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I've been wondering about this a bit. What kinds of things could make a test like that come up with results which we interpret incorrectly? Set aside the obvious nonstarters, that either he cheated or that the test was flawed or tampered with. They're all more probable than anything else, but make for boring discussion.
One thought I had goes back to some articles I read a few years back about the role of testosterone in decision reinforcement. If I recall correctly, when you make a good decision -- or are convinced it's a good decision -- this hormone tends to increase, while when you're not comfortable with your decisions it tends to decrease. The theory was that this leads to a cycle where those making the best decisions (at least according to themselves and their peer reinforced opinions) end up with higher confidence and leadership that comes from the increase in the hormone, while those making poor decisions or those not supported by their peers end up with lower levels of the hormone and tend to become more docile and less likely to lead (over time and in general of course).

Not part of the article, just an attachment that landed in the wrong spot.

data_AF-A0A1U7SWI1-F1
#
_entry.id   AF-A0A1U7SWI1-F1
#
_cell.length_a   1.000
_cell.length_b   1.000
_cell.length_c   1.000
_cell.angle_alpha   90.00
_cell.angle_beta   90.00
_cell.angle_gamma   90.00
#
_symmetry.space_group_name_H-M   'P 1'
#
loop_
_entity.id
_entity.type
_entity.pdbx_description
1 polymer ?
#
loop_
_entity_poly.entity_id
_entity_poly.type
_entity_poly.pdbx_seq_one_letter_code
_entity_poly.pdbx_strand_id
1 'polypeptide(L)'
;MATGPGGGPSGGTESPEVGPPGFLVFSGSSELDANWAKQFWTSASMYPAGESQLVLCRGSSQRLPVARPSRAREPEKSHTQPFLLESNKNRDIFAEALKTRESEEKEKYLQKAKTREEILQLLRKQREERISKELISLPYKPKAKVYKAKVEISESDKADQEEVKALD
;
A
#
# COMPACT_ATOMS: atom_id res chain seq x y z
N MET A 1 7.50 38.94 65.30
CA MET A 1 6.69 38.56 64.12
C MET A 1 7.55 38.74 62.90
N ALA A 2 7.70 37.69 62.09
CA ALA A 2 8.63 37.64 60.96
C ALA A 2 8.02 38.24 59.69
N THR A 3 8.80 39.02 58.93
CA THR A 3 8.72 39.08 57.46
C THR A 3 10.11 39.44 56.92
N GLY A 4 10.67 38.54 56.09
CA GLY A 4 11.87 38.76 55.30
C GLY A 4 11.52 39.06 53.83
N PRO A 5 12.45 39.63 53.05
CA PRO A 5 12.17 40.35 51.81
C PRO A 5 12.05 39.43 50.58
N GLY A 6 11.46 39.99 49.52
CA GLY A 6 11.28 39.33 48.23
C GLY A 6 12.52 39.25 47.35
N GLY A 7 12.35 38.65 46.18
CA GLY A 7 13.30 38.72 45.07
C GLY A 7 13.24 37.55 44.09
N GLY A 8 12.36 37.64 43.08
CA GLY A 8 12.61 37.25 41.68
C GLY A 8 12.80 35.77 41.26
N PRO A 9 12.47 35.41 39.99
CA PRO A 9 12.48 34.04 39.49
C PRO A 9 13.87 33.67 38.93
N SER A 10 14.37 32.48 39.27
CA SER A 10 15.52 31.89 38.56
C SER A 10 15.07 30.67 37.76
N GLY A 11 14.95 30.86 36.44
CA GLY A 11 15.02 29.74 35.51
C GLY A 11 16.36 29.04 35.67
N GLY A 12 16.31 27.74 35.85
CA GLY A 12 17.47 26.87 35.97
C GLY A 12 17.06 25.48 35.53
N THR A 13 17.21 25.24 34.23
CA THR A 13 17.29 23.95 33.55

Apply this to Landis for a minute. He comes off the worst day of the race he's had and ends up with a huge rebound. In the one day he makes up for previous errors and really pulls ahead. Could this be not a result of increased testosterone but rather could the increased levels be the result of this exaltation following a perfect event?
Surely some will say that the great performance is more evidence that he'd been doping. Is that really possible? As I recall, no previous or following tests showed unusual levels of these steroids. Do they work that quickly? I had thought the benefits from drugs like this were cumulative and increased performance over time by increasing the result of exercise and work. If that last bit is the case, any correlation between a one time doping incident and such a performance would have to be coincidental.
I'm not a doctor, obviously. These simple conflicting bits of information however do raise more questions about the testing process and the use of these drugs than the news reports seem able to answer at present.
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